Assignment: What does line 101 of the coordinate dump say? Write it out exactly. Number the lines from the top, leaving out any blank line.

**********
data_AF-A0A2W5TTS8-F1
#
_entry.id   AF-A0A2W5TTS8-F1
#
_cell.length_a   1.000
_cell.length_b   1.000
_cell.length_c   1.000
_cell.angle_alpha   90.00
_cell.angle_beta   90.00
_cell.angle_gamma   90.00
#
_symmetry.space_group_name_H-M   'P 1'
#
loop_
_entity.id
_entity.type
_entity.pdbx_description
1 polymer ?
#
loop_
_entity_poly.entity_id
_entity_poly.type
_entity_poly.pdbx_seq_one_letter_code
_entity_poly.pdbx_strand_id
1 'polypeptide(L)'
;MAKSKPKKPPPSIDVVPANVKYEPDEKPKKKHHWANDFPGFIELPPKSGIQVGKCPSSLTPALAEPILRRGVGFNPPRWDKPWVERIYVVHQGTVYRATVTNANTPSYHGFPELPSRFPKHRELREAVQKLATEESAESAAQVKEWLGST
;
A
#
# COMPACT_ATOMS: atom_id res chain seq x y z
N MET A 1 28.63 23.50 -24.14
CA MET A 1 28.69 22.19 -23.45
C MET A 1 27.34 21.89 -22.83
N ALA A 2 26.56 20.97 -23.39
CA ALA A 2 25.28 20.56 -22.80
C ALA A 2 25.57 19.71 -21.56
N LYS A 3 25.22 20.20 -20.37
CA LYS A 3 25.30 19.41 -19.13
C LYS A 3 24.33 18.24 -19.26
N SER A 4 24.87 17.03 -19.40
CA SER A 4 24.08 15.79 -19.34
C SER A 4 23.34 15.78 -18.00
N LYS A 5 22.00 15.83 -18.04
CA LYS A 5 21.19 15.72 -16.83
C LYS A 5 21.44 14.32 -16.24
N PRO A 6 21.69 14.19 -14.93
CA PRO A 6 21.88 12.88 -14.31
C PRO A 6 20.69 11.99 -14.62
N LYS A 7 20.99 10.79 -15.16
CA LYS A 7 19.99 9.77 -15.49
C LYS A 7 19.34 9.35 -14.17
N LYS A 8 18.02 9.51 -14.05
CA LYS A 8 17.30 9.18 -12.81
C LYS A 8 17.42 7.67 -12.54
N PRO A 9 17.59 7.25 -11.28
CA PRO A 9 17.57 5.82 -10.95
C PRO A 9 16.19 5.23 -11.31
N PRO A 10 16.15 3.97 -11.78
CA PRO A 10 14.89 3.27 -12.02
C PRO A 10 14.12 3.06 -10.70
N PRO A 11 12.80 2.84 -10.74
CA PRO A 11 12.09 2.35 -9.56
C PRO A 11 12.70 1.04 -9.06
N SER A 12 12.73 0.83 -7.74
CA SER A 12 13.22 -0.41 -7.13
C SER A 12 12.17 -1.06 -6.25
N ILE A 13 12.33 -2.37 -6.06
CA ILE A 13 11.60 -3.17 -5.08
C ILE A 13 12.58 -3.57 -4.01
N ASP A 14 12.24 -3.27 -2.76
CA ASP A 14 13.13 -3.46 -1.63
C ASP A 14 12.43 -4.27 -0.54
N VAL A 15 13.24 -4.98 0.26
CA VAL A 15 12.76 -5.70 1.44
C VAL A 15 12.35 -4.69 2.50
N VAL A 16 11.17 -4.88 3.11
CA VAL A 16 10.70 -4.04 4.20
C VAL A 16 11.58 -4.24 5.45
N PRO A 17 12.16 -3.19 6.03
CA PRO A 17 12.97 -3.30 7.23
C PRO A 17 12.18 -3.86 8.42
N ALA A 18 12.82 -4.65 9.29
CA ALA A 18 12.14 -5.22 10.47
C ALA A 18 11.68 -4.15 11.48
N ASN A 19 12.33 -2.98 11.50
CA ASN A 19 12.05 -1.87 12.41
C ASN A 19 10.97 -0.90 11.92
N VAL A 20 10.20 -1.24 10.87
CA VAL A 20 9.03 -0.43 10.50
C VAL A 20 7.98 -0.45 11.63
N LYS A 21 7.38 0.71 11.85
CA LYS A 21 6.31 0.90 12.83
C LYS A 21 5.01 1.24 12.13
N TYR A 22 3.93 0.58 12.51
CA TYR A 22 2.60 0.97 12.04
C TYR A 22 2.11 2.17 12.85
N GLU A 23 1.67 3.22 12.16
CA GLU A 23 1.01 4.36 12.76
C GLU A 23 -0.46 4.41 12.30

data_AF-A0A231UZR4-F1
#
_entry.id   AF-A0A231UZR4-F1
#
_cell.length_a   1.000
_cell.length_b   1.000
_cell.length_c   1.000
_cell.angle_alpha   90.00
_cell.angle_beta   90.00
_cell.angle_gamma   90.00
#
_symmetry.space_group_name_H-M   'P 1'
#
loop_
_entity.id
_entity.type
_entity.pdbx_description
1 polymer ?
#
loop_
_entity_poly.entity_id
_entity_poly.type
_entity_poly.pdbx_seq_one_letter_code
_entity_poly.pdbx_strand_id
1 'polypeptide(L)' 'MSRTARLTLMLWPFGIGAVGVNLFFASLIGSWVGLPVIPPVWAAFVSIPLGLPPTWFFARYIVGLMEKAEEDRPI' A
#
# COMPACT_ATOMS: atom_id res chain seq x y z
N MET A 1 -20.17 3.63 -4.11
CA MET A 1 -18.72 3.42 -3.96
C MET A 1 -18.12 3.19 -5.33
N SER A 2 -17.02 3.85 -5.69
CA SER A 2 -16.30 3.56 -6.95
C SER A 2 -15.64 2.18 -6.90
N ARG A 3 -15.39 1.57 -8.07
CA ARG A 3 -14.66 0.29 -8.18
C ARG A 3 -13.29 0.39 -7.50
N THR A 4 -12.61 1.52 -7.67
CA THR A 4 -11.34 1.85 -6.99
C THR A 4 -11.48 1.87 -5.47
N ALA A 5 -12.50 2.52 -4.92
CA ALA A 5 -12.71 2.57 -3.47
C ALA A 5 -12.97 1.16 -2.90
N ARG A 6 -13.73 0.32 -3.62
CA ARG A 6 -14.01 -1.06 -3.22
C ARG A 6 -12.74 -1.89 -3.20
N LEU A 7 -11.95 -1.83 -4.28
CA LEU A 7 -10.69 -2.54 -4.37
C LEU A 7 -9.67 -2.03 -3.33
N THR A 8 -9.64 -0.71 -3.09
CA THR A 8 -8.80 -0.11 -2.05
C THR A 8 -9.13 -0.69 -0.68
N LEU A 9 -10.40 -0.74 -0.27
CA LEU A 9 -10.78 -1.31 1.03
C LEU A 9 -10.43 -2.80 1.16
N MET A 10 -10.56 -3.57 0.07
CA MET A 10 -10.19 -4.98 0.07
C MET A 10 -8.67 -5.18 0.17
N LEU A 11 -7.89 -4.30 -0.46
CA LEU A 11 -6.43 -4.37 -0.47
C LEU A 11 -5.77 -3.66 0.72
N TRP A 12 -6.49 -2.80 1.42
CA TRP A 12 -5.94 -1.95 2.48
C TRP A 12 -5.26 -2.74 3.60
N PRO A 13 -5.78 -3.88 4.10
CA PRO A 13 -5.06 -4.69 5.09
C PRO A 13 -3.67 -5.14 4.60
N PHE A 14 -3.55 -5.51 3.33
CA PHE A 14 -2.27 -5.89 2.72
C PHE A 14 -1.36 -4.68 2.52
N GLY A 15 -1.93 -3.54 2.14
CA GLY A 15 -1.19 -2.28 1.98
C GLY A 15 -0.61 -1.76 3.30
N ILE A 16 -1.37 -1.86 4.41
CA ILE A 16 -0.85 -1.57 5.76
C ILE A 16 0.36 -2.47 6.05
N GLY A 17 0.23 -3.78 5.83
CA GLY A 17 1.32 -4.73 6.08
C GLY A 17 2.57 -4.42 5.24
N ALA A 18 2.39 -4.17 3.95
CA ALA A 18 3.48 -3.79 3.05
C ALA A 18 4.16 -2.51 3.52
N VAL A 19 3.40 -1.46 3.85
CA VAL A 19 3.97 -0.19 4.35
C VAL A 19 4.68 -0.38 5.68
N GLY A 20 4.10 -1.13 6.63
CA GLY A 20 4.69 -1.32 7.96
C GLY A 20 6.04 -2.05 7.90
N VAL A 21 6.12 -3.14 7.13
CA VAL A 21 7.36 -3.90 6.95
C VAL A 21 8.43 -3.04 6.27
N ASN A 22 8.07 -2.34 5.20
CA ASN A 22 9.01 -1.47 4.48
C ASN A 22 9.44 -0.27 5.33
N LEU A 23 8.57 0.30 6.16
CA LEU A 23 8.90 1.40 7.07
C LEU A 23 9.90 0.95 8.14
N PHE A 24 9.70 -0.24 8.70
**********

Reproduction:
#